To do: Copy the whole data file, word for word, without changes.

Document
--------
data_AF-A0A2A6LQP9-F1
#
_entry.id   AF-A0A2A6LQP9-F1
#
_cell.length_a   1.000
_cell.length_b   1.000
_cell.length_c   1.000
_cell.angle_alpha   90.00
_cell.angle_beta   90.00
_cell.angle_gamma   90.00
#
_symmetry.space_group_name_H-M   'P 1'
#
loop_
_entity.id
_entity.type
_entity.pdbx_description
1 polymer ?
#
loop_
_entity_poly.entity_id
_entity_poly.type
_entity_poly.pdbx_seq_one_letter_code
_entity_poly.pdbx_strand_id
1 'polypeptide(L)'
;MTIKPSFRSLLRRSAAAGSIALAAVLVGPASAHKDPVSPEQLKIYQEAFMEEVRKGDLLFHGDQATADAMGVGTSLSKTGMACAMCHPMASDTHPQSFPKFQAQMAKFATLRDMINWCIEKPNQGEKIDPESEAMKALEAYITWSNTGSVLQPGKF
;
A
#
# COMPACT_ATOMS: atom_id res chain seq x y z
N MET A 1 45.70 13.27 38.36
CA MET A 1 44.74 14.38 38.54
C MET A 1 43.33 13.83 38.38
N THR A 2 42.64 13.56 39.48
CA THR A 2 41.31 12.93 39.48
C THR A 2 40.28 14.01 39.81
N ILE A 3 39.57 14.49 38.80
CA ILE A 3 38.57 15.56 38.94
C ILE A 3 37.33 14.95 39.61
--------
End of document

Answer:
data_AF-A0A2A6LQP9-F1
#
_entry.id   AF-A0A2A6LQP9-F1
#
_cell.length_a   1.000
_cell.length_b   1.000
_cell.length_c   1.000
_cell.angle_alpha   90.00
_cell.angle_beta   90.00
_cell.angle_gamma   90.00
#
_symmetry.space_group_name_H-M   'P 1'
#
loop_
_entity.id
_entity.type
_entity.pdbx_description
1 polymer ?
#
loop_
_entity_poly.entity_id
_entity_poly.type
_entity_poly.pdbx_seq_one_letter_code
_entity_poly.pdbx_strand_id
1 'polypeptide(L)'
;MTIKPSFRSLLRRSAAAGSIALAAVLVGPASAHKDPVSPEQLKIYQEAFMEEVRKGDLLFHGDQATADAMGVGTSLSKTGMACAMCHPMASDTHPQSFPKFQAQMAKFATLRDMINWCIEKPNQGEKIDPESEAMKALEAYITWSNTGSVLQPGKF
;
A
#
# COMPACT_ATOMS: atom_id res chain seq x y z
N MET A 1 45.70 13.27 38.36
CA MET A 1 44.74 14.38 38.54
C MET A 1 43.33 13.83 38.38
N THR A 2 42.64 13.56 39.48
CA THR A 2 41.31 12.93 39.48
C THR A 2 40.28 14.01 39.81
N ILE A 3 39.57 14.49 38.80
CA ILE A 3 38.57 15.56 38.94
C ILE A 3 37.33 14.95 39.61